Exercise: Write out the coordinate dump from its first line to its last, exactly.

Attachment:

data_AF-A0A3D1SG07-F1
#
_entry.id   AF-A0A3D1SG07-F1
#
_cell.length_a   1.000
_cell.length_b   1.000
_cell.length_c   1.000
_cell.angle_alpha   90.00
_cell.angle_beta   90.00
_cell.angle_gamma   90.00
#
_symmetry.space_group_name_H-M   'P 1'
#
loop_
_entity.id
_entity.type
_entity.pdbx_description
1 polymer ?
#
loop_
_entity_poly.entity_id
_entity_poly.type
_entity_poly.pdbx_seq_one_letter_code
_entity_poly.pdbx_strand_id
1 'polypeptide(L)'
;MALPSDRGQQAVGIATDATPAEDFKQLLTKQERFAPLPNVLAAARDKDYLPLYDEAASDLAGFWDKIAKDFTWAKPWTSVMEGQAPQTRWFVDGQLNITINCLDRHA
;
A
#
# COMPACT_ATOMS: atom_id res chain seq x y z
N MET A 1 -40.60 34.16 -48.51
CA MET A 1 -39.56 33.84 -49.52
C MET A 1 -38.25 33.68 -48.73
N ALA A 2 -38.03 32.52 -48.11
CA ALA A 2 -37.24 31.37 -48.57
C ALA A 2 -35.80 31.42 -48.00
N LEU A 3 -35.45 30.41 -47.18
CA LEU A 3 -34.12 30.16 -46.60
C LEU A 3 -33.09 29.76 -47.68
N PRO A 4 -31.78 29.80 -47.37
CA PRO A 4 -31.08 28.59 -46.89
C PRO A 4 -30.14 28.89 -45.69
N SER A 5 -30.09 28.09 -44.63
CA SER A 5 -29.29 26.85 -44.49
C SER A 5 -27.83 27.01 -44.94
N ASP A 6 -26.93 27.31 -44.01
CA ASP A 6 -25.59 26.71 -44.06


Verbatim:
data_AF-A0A3D1SG07-F1
#
_entry.id   AF-A0A3D1SG07-F1
#
_cell.length_a   1.000
_cell.length_b   1.000
_cell.length_c   1.000
_cell.angle_alpha   90.00
_cell.angle_beta   90.00
_cell.angle_gamma   90.00
#
_symmetry.space_group_name_H-M   'P 1'
#
loop_
_entity.id
_entity.type
_entity.pdbx_description
1 polymer ?
#
loop_
_entity_poly.entity_id
_entity_poly.type
_entity_poly.pdbx_seq_one_letter_code
_entity_poly.pdbx_strand_id
1 'polypeptide(L)'
;MALPSDRGQQAVGIATDATPAEDFKQLLTKQERFAPLPNVLAAARDKDYLPLYDEAASDLAGFWDKIAKDFTWAKPWTSVMEGQAPQTRWFVDGQLNITINCLDRHA
;
A
#
# COMPACT_ATOMS: atom_id res chain seq x y z
N MET A 1 -40.60 34.16 -48.51
CA MET A 1 -39.56 33.84 -49.52
C MET A 1 -38.25 33.68 -48.73
N ALA A 2 -38.03 32.52 -48.11
CA ALA A 2 -37.24 31.37 -48.57
C ALA A 2 -35.80 31.42 -48.00
N LEU A 3 -35.45 30.41 -47.18
CA LEU A 3 -34.12 30.16 -46.60
C LEU A 3 -33.09 29.76 -47.68
N PRO A 4 -31.78 29.80 -47.37
CA PRO A 4 -31.08 28.59 -46.89
C PRO A 4 -30.14 28.89 -45.69
N SER A 5 -30.09 28.09 -44.63
CA SER A 5 -29.29 26.85 -44.49
C SER A 5 -27.83 27.01 -44.94
N ASP A 6 -26.93 27.31 -44.01
CA ASP A 6 -25.59 26.71 -44.06